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Old 12-15-2008, 02:35 AM   #1
gxm
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Default Favorite Partigyles?

Now that I've brewed a couple of partigyles, I'm hooked on the process. I like that I can brew a big beer and still get good efficiencies w/o having to boil for hours. I also like that the process is flexible so I can brew two similar strength beers that have similar grain bills and mashing.
Lastly, I love how low tech it is (other than using a spread sheet to calculate everything

So far I've done:
Barleywine/Bitter
Dark Strong/Light Weak (not a real style, just playing around )

I've got a planned:
Wee Heavy/Scottish 70
Golden Strong/Munich Helles

What are your favorite partigyles?
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Old 12-15-2008, 04:02 AM   #2
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can't say I've done any yet, but I just now got into all-grain brewing so I may be plaing around with one soon. I plan on brewing a golden strong, how did your Munich Helles turn out? What grains did you use, german or Belgian pils?
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Old 12-15-2008, 04:46 AM   #3
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I haven't done the Helles yet.
When I've planned each batch, I've picked one beer to be the focus, and I let the other one pretty much come out as it may with the OG & size. With the Golden Strong/Helles, I'm picking the Helles, so I'll use German Pilsener and I'm thinking about doing a decoction mash, which would be a first for me.
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Old 12-15-2008, 11:34 PM   #4
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thats probably the way to do it, that way you end up with at least one beer more or less how you like it. Sounds very cool.
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Old 12-15-2008, 11:58 PM   #5
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for a while, i was doing a small beer for EVERYTHING i made.

I'd usually switch the hops (just for fun) that i made with the original batch. in other words, i use bittering for aroma and aroma for bittering

no matter what you make, if it's a really small beer and is just the second (or 3rd) runnings from a regular beer, go really light on the bittering and really high on the end hops.

nothing like a 2.5% free "peasant" beer to gulp down on a brew day when you don't want to get hammered. a little tannin flavor never hurt anybody!
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Old 12-16-2008, 12:12 AM   #6
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Thanks DeathBrewer. I hadn't even thought about making a 3rd beer from the runnings. That sounds similar to a "table beer" I see references for from back in the day.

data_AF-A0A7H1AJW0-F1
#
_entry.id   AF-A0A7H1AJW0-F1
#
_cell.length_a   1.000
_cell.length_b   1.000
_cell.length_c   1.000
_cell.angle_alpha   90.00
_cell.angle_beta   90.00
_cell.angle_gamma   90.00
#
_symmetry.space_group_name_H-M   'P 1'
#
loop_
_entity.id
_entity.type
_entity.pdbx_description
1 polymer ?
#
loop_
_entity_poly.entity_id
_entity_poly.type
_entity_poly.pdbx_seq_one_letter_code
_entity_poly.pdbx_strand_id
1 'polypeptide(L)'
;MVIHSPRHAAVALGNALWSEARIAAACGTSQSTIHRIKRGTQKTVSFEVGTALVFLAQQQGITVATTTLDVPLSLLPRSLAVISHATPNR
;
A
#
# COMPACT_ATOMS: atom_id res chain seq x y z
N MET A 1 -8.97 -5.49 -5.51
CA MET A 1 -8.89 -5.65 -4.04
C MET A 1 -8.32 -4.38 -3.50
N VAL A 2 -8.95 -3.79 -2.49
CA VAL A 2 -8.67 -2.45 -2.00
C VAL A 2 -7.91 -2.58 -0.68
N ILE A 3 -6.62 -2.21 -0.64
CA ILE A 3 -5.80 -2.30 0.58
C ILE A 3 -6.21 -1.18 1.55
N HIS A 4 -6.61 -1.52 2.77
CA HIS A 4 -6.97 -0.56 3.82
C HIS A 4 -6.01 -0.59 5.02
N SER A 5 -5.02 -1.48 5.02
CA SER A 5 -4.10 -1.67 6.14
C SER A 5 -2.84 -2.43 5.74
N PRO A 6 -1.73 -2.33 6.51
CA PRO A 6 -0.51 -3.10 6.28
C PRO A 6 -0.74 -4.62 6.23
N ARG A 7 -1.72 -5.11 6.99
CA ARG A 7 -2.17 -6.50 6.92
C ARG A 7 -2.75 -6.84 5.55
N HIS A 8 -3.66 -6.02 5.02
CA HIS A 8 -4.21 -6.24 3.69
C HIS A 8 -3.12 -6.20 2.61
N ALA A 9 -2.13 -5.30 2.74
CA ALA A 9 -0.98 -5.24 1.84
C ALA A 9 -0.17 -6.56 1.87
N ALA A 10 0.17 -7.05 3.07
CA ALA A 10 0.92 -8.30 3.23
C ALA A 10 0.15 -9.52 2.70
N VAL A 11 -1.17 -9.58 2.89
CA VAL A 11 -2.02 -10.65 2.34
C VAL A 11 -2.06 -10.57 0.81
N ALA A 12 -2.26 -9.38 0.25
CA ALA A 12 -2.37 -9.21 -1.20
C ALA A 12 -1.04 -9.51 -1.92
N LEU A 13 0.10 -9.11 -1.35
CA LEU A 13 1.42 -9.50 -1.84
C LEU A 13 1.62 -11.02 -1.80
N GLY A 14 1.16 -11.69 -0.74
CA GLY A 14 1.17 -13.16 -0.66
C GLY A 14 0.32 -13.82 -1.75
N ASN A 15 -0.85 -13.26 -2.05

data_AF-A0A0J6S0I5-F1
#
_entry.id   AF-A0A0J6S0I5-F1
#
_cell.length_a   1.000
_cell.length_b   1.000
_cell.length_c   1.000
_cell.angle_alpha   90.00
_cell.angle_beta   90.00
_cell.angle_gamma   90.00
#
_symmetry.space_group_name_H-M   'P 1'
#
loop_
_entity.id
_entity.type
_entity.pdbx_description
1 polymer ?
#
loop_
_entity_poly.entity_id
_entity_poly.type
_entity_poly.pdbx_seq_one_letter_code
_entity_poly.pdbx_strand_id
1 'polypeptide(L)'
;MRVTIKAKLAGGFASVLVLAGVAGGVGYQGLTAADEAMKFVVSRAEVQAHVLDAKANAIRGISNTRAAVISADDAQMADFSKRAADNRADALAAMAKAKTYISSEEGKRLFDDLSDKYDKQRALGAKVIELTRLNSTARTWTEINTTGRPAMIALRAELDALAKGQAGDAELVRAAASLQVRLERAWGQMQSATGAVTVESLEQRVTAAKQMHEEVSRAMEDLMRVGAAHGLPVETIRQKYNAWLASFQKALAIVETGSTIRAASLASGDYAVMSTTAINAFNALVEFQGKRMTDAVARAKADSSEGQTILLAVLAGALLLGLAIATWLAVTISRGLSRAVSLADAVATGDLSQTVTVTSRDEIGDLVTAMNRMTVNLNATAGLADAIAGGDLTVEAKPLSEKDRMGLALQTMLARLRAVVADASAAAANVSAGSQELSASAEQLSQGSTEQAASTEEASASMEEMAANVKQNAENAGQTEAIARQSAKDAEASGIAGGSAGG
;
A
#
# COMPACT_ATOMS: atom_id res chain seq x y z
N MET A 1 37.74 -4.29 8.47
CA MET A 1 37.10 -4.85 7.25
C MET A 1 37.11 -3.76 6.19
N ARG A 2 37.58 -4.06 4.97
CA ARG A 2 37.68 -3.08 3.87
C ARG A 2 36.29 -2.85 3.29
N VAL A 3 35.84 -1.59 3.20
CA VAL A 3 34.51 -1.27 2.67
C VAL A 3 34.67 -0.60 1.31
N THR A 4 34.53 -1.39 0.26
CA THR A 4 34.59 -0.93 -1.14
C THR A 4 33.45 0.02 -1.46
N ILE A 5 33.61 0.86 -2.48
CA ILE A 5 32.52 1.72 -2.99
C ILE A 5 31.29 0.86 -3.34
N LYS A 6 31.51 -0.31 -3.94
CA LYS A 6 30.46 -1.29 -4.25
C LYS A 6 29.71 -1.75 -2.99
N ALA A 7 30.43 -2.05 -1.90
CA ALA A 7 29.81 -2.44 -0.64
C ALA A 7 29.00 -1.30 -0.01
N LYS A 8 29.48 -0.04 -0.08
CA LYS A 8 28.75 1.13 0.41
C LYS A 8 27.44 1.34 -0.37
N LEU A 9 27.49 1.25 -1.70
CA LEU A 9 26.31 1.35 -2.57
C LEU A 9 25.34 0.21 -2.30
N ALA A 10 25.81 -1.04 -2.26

Now I'll need to expand my capacity of Better Bottles and add another fermentation fridge. Thankfully SWMBO doesn't go in the basement anymore
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Old 12-16-2008, 12:16 AM   #7
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I've been thinking about this the last couple weeks. With a newborn and a 3-year-old, brewdays are too far between. It sounds efficient to get two beers in with only the extra time of a second hour-long boil.

I only have one burner and one big pot, so here's what I'm thinking:

- During first mash, over-heat water for second mash and put in a cooler for holding
- Drain first runnings and begin boiling
- Add a pound or so of fresh grain to the mash tun and the hot water, stir and let sit while the firsts are boiling
- Cool, transfer, and pitch the first batch
- Drain second mash and continue as usual (can use a smaller pot here for sparging, I guess, if volume is low?)

Does that sound about right for the technique? Are there any concerns with mashing the second half for such a long time? I guess you could wait and start the second mash until after the first is done boiling and just mash during the cooling phase, but the hot grains are going to be sitting there no matter what, might as well put water on them, right?

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Old 12-16-2008, 12:56 AM   #8
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You should be pretty well done mashing after you sparge your original recipe, but if it cools too much then the sugar rinse might suffer a little bit.
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Old 12-16-2008, 01:10 AM   #9
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goose_on_fire, that sounds pretty similar to what I've done, and I just bought another burner to speed up the day.
I've been aiming for two 5 gallon batches, so I end up mashing and sparging once - this goes into batch #1. Batch #2 is from the 2nd and 3rd sparge.
The runnings for the last sparge have been 1.023 & 1.026, so still getting good sugars. Maybe enough to get a 3rd beer as DeathBrewer suggests.

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Originally Posted by goose_on_fire View Post
Are there any concerns with mashing the second half for such a long time? I guess you could wait and start the second mash until after the first is done boiling and just mash during the cooling phase, but the hot grains are going to be sitting there no matter what, might as well put water on them, right?
I haven't been worried about this too much. I've used the 1st sparge water to mash out, so my 2nd and 3rd sparges sit in the tun for 30 minutes each, hopefully just getting more sugars out.
My efficiency was 77% with 21# grain, and 73% with 26# grain, so it seems to work well.
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Old 12-16-2008, 01:13 AM   #10
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My only one to date was an English Barleywine and an ESB. It worked out very well.
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